Monday, June 13, 2011

Cooking at Home

Wow. I never would have guessed it.

With a vegetarian diet, coupons, stocking up, pantry, and home cookin', we spend an average of $98 per month on groceries.

$98! We used to spend over $200 for both of us

I'm sure you're going to ask us how this could possibly be. Well here's our most basic rule: Don't buy anything that's pre-made.

You know the term that goes 'you pay for convenience'? It's true. Pre-made dinners, ready-packed lunches, seasoning packet mixes, even things you wouldn't think about like loaves of bread and cans of biscuit dough, all are assembled for you at a factory, packaged and labeled, then shipped to the store for your consumption. All of that costs money. You can skip all of that by just buying the ingredients and making it at home. In this way, not only are you saving money, but you are also carefully monitoring the amount of ingredients going into what you eat, and thereby making it healthier as well (cutting down on salt, butter, oil, and certainly preservatives.) Don't forget that this applies for restaurant meals as well

How can you get that convenience back, while still cooking at home? I know you're a busy person. As busy as ever. But I guarantee you, you have time to cook at home! Imagine how long it takes to go out to eat at a restaurant. leave at 6:30, seated at 7, order, eat, schmooze, etc, you're home by 8:30 or so. That's two hours. You could have cooked something extravagant in that time at home and saved an $80 dinner tab! Double the ingredients, same cooking time, and you easily have another dinner later in the week too (if your family members don't eat it all before then.) How hard is that

Ok, so you only order in, and you still want to squeeze in the time? Well, When was the last time you said 'there's nothing good on TV'? Instead of flipping around for something to watch, make yourself some lunches to take to work later in the week. Assemble some sandwiches, start a stew in the slow cooker, make pasta salad, or bake up some goodies to take with you. You don't have to do everything at once, and none of these tasks can take more than 15 minutes of your time, tops. Sandwiches? Please. Stew? Drop some beans and veggies in the cooker and turn it on low for 8 hours. Saute and add meat if you like. Something to bake up? Cookies just take a minute in the mixer and 15 in the oven. Make granola bars or oatmeal cookies for a healthier option. If you have a bread maker, toss in some ingredients and get it started to go with dinner that night

How much money will this save you? Well, going out to eat some pasta will cost you around $30 for two people. More if you have class. A pre-packaged home-cooked pasta meal will be in the $9-10 range (going off the Buitoni prices here.) A similar hand-made home-cooked meal could be as little as $2. A half of a pound of pasta, a can of crushed tomatoes, some basil and minced garlic, olive oil, and homemade garlic bread on the side. Toss in some fresh Portabella 'shrooms if they are on sale that week and add another $0.50 to the price. That's about a 90% savings from going out for dinner! If you must, some ground beef or sausage will only add $2 tops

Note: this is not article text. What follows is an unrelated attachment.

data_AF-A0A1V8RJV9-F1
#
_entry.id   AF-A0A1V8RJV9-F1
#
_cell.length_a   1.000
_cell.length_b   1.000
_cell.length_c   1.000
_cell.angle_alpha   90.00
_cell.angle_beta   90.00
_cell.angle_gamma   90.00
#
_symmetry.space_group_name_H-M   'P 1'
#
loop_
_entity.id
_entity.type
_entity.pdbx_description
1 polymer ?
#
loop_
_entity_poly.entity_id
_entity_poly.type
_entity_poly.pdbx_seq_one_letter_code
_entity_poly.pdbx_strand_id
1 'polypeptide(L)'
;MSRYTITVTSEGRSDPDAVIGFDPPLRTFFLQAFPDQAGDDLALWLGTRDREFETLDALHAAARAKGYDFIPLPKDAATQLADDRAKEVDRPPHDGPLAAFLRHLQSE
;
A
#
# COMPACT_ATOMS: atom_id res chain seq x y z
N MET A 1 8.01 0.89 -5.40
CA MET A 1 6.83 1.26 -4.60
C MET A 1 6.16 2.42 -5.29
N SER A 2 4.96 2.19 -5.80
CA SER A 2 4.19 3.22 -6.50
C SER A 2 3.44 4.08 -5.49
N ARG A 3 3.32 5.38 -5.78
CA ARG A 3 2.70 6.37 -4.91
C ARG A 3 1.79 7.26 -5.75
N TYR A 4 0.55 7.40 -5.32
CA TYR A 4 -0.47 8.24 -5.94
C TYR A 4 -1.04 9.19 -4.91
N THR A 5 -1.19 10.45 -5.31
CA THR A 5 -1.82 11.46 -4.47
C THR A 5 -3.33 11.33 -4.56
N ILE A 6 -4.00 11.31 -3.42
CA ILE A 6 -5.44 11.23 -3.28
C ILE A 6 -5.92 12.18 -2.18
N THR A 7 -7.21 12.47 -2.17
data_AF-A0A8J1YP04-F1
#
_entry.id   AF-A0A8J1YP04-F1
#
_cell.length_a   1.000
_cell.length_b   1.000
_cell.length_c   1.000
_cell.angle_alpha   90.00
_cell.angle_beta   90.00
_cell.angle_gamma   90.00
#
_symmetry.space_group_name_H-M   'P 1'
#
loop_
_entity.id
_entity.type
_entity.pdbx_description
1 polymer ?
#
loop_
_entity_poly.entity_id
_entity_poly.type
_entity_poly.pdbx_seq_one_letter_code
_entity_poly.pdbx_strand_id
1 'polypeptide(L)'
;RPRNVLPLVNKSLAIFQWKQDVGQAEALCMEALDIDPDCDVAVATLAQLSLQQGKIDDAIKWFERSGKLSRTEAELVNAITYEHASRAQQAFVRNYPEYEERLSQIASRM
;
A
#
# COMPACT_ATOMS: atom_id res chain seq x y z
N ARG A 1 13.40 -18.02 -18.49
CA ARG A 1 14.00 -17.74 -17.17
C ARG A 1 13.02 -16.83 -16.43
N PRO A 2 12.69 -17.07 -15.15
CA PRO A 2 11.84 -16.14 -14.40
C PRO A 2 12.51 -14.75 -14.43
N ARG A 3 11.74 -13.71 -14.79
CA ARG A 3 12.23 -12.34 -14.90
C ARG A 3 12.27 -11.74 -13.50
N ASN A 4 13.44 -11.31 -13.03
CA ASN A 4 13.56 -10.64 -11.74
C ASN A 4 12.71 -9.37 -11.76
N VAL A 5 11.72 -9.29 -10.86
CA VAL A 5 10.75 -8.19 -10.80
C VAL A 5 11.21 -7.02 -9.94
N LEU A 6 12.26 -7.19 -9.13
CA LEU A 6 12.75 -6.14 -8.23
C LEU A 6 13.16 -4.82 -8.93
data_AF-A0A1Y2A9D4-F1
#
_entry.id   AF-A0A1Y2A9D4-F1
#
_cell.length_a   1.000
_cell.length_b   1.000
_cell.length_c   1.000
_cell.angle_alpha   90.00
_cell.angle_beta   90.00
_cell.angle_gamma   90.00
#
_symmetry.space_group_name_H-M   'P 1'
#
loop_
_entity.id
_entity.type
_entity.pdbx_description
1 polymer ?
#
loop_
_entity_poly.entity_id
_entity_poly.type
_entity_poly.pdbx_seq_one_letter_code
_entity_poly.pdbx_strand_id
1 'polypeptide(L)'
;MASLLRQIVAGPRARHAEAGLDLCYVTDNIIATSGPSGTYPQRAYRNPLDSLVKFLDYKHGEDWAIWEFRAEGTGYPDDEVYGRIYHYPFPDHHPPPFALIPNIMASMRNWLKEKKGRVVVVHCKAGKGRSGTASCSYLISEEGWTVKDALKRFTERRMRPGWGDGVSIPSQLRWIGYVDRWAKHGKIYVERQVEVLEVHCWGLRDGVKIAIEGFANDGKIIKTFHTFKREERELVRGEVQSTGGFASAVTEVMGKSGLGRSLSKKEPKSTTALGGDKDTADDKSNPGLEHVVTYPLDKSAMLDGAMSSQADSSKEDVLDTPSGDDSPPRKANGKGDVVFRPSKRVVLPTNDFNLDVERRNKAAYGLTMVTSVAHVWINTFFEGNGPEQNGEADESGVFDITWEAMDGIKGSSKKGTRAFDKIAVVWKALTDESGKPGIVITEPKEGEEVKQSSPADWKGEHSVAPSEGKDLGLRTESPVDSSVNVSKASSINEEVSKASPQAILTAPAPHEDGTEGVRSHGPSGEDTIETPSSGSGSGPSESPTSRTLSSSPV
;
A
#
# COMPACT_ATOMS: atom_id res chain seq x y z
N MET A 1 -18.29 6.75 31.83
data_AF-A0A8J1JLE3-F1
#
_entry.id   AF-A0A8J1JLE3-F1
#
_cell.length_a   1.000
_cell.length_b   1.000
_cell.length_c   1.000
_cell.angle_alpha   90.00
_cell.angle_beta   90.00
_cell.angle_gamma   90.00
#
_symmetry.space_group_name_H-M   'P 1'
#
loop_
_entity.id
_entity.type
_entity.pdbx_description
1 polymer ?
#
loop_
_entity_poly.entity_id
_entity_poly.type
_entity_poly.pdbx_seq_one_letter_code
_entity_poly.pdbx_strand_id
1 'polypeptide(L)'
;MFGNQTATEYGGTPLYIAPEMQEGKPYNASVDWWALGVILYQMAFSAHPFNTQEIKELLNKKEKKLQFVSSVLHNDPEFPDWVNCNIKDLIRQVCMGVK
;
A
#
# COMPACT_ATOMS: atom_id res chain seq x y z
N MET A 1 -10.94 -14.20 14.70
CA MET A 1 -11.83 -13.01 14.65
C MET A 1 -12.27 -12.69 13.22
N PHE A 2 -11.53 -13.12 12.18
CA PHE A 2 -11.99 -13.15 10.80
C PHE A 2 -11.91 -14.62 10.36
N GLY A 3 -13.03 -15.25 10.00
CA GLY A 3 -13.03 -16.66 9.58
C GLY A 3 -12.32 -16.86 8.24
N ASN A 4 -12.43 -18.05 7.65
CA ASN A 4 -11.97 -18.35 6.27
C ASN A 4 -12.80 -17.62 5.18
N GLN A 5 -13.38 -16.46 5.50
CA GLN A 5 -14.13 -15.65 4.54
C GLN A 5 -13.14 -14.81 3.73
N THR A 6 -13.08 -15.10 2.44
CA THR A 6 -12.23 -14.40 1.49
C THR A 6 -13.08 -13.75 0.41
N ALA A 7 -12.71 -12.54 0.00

In one afternoon of brown-bagging lunch at work, you could at least $5. A combo special at Wendy's sets you back $8 with a medium fries, while a sandwich from home ($0.40), homemade cookies ($0.30), an apple ($0.28), banana ($0.18), pretzels ($0.14), yogurt (from a big tub, $0.20) and a granola bar ($0.19) come to around $2. No one I know goes out to eat twice a day everyday for a whole month, but it can really add up even if you do it once a week.

The health savings are significant as well. You know that when you go to a restaurant, whatever you buy will not be good for you. This is why it tastes SO GOOD. Prepackaged foods at the grocery store will be packed with preservatives to make them last longer, and also packed with fats to make them taste better (because preserved things don't taste quite as good as fresh, so they have to compensate.)

On the other hand, fresh things at the grocery store can be hand inspected by you before being purchased, to ensure quality. They can be organic if you so choose (not an option with many restaurants or premade meals.) The recipe can be scrutinized and things that are bad for you can be reduced, replaced, or omitted. Things like chocolate chips, vegetable oil, whipped cream, etc. can all be rethought, deleted, or minimized to some degree

You will recall Hillary's earlier post about salt, therefore you already know how some of the things you don't even think to look at on a label really are quite bad for you. Take my advice and set aside a little time to cook at home. Your family, your figure, and your wallet will all thank you for it.

Friday, April 1, 2011

Salt, Salt Everywhere....

As promised, here is the follow-up to my previous post about the dangers of salt. We dutifully wrote down the sodium content in everything we ate for three days (probably should have done it for a little longer) to see what our current sodium intake is and then talk about ways to reduce.